I found these clocks in the Arts Centre at the University of
Warwick intriguing - do they really need four clocks and what times
would be ambiguous with only two or three of them?
Problem solving is at the heart of the NRICH site. All the problems
give learners opportunities to learn, develop or use mathematical
concepts and skills. Read here for more information.
This is the first article in a series which aim to provide some insight into the way spatial thinking develops in children, and draw on a range of reported research. The focus of this article is the. . . .
Take it in turns to place a domino on the grid. One to be placed horizontally and the other vertically. Can you make it impossible for your opponent to play?
A cheap and simple toy with lots of mathematics. Can you interpret
the images that are produced? Can you predict the pattern that will
be produced using different wheels?
A game for 2 people. Take turns joining two dots, until your opponent is unable to move.
A package contains a set of resources designed to develop pupils'
mathematical thinking. This package places a particular emphasis on
“visualising” and is designed to meet the needs. . . .
In a square in which the houses are evenly spaced, numbers 3 and 10
are opposite each other. What is the smallest and what is the
largest possible number of houses in the square?
Place the numbers 1, 2, 3,..., 9 one on each square of a 3 by 3 grid so that all the rows and columns add up to a prime number. How many different solutions can you find?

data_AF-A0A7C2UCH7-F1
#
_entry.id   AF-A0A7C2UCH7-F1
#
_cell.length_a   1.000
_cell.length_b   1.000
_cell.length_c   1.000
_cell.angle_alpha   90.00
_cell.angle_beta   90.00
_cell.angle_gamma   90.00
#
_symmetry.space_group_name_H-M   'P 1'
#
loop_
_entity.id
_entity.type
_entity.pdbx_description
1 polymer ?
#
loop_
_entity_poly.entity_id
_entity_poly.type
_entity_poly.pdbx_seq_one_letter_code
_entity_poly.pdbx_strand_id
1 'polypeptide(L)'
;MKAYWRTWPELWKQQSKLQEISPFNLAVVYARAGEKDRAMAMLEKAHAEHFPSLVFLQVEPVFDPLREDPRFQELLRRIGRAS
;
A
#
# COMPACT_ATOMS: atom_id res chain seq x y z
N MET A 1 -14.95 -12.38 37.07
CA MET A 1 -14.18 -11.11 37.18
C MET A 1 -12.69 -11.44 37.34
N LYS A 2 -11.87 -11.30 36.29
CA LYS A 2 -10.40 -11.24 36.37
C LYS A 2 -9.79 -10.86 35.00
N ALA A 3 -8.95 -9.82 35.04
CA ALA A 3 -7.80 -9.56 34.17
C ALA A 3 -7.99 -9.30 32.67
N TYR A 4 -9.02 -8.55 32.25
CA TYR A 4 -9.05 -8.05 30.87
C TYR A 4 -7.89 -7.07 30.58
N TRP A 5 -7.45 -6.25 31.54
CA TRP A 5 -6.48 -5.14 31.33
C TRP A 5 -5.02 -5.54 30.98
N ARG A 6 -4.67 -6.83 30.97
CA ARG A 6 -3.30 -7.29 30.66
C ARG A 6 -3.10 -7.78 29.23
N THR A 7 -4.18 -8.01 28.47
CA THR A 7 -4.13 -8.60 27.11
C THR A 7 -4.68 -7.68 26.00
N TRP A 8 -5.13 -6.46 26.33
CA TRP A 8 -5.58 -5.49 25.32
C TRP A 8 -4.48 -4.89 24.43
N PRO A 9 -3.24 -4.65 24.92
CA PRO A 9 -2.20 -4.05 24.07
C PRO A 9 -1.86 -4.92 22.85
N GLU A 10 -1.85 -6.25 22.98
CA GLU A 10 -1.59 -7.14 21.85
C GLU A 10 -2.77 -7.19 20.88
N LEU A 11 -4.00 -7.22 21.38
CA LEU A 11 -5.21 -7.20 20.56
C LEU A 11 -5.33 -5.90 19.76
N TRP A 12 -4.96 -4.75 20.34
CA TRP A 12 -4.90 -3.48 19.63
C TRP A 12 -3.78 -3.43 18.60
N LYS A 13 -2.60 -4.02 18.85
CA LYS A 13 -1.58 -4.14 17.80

Can you visualise whether these nets fold up into 3D shapes? Watch the videos each time to see if you were correct.
On the graph there are 28 marked points. These points all mark the
vertices (corners) of eight hidden squares. Can you find the eight
Move just three of the circles so that the triangle faces in the
This article for teachers discusses examples of problems in which
there is no obvious method but in which children can be encouraged
to think deeply about the context and extend their ability to. . . .
Mathematics is the study of patterns. Studying pattern is an
opportunity to observe, hypothesise, experiment, discover and
The image in this problem is part of a piece of equipment found in the playground of a school. How would you describe it to someone over the phone?
A game for 2 players. Can be played online. One player has 1 red
counter, the other has 4 blue. The red counter needs to reach the
other side, and the blue needs to trap the red.
The aim of the game is to slide the green square from the top right
hand corner to the bottom left hand corner in the least number of
Players take it in turns to choose a dot on the grid. The winner is the first to have four dots that can be joined to form a square.
Lyndon Baker describes how the Mobius strip and Euler's law can
introduce pupils to the idea of topology.
This article for teachers describes how modelling number properties
involving multiplication using an array of objects not only allows
children to represent their thinking with concrete materials,. . . .
These are pictures of the sea defences at New Brighton. Can you
work out what a basic shape might be in both images of the sea wall
and work out a way they might fit together?